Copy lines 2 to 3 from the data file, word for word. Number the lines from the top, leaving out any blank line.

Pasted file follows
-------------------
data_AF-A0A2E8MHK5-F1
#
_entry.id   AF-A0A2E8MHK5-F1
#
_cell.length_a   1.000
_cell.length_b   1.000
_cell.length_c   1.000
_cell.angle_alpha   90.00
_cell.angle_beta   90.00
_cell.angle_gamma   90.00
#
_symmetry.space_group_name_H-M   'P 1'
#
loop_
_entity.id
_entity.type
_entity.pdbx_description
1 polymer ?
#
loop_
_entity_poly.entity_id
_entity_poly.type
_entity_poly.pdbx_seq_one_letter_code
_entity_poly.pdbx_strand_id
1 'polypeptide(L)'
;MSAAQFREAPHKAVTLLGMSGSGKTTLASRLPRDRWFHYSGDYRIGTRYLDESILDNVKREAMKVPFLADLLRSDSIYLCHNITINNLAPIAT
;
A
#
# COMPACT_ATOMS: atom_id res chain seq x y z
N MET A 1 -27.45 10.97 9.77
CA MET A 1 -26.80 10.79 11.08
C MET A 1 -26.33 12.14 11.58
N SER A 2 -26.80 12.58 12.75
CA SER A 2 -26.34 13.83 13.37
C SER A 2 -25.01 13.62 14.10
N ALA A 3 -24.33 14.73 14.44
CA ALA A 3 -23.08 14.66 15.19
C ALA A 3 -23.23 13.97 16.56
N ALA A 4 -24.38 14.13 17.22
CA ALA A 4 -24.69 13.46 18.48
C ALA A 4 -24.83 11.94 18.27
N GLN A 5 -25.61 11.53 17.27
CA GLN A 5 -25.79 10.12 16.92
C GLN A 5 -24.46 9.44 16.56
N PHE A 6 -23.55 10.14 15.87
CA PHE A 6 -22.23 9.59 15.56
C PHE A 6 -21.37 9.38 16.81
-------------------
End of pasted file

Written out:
#
_entry.id   AF-A0A2E8MHK5-F1